ASIA/INDIA - New anti-conversion law in Himachal Pradesh: an act against religious freedom

Tuesday, 10 September 2019 religious freedom   religious minorities   politics   civil society   faith   human rights  

Shimla (Agenzia Fides) - "This new law is a clear expression of the state's intention to limit the right to freedom of conscience and religion. As a multi-ethnic nation composed of different religious groups, India must respect the right to freedom of thought, conscience and religion for all people. Citizens must be free in the right of individual choice. We urge state legislators to reconsider this move that dishonors the fundamental Constitution of India". With these words Mervyn Thomas, at the head of the NGO "Christian Solidarity Worldwide", engaged in the world for the defense of the rights of believers, comments on the provision approved in recent days by the Legislative Assembly of the Indian state of Himachal Pradesh. The new law criminalizes religious conversion and replicates a provision already introduced in 2006 and subsequently canceled by the High Court of the State.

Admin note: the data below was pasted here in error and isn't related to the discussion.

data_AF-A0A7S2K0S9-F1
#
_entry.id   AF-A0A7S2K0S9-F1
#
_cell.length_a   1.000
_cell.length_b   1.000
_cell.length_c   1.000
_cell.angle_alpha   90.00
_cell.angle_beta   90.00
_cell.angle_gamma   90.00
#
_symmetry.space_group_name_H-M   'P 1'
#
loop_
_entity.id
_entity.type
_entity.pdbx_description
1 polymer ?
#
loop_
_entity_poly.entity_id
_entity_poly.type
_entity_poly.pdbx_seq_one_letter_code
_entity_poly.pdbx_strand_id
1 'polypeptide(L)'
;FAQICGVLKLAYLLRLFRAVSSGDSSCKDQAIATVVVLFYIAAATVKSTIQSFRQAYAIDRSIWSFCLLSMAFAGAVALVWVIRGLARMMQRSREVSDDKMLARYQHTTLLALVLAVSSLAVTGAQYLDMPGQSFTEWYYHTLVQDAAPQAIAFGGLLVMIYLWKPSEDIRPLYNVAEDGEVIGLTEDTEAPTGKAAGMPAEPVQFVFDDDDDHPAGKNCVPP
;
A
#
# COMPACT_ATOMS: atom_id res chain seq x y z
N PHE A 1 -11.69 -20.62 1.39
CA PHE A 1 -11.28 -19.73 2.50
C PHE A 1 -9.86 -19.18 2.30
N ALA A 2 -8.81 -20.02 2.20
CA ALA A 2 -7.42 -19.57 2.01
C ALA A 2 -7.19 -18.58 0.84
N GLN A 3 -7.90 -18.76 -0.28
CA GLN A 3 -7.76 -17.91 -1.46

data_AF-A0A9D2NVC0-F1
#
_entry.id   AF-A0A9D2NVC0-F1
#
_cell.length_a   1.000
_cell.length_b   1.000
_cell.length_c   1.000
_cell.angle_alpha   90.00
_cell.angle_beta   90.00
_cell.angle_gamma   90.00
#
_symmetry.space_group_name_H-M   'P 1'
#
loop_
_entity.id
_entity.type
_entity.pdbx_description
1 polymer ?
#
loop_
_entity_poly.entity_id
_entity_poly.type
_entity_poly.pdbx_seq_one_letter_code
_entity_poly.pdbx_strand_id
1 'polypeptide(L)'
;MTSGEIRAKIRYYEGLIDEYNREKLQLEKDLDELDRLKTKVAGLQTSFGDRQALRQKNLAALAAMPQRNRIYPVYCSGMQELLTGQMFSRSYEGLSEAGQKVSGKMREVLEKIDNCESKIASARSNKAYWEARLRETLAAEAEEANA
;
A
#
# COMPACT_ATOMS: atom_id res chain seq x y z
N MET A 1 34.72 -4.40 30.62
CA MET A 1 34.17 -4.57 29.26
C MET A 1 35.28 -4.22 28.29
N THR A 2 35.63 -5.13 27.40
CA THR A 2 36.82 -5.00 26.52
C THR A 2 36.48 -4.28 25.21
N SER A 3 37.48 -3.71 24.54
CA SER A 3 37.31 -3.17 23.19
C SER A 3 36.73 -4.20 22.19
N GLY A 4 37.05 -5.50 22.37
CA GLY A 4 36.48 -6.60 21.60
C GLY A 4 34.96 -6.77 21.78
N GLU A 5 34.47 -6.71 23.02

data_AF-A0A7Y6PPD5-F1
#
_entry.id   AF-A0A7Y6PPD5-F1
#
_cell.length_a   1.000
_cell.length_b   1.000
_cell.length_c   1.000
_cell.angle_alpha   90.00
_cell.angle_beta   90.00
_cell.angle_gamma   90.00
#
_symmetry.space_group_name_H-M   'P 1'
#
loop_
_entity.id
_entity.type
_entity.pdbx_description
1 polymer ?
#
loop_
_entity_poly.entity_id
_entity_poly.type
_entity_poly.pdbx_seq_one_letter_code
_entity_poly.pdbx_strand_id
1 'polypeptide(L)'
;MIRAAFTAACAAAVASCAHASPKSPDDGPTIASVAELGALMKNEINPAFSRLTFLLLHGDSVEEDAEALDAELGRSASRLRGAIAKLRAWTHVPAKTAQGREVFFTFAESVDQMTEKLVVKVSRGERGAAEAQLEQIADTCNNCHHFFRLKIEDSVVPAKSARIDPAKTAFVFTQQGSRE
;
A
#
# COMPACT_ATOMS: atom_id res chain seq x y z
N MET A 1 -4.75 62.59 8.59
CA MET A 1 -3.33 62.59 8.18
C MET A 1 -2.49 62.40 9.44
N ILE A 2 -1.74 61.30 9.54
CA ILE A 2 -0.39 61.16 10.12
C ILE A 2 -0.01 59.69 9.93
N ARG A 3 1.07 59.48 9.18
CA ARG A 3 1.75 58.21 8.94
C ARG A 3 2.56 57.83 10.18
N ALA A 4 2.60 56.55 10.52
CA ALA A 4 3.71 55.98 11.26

As Agenzia Fides learns, the new law extends the crimes to "conversion by coercion" as well as fraud, force or incentive. In the law the term "incentive" means "the offer of any temptation in the form of gifts, gratifications or material benefits, in money or work, free education in the school run by any religious body".
According to Article 3 of the new law, there is no crime if a person converts to his parents’ religion. The law provides for a sentence of up to five years in prison, which can reach seven in the case of marriage, celebrated for the purpose of religious conversion, to a person belonging to a recognized caste or tribe.
John Dayal, a Catholic civil rights activist, said: "The renewal and worsening of the anti-conversion law by the Himachal Pradesh government is surprising, as was the provision first enacted in 2006. Himachal Pradesh is located in the lower Himalayas, and is made up of small communities that live far from one another. There are no attempts to convert by force, fraud or incentives. It is always religious minorities that find themselves isolated and targeted". (PA) (Agenzia Fides, 10/9/2019)